Objective: We aimed to assess the willingness of Muslim Americans to be potential organ donors, to describe potential religious barriers to organ donation, and to evaluate the efficacy of a brief religious educational intervention. Methods: Face-to-face survey with English-, Arabic-, and Urdu-speaking Muslim American adults in places of worship and gatherings. The two-part survey included questions about demographics and organ donation. A brief educational intervention followed, which included an explanation of organ donation, along with the evidence for Islam's support for organ donation. After this intervention, the questions about organ donation and brain death were repeated. Results: The response rate was 81% (231 of 285). Fifty percent of the respondents would donate their organs. Twenty-five percent changed their opinion and accepted the idea of being donors after the educational intervention. Lack of awareness of the support of Islam to organ donation and fear of disfigurement were the most common barriers cited. Conclusion: Muslim Americans are less likely than Caucasian Americans to be organ donors, and the perceived lack of support from Islam for organ donation is a factor. The effectiveness of our brief religious education intervention suggests that further education may improve organ donation rates among the Muslim community.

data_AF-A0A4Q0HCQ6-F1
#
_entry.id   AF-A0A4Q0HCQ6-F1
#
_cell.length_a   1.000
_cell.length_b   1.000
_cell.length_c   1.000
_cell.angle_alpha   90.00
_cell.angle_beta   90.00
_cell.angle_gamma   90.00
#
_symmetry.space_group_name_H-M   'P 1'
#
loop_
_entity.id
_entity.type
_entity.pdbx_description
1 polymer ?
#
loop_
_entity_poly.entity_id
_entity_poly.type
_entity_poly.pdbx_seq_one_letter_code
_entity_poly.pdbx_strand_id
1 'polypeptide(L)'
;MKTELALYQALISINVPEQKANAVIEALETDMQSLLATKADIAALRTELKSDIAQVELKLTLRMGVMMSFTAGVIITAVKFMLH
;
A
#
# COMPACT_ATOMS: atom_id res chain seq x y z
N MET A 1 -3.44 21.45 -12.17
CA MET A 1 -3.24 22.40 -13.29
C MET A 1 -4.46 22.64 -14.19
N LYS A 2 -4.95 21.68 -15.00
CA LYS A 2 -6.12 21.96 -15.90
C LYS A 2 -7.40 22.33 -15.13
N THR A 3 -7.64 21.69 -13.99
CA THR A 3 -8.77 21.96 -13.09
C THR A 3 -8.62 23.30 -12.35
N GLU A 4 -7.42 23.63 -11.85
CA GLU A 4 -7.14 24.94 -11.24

- Arab American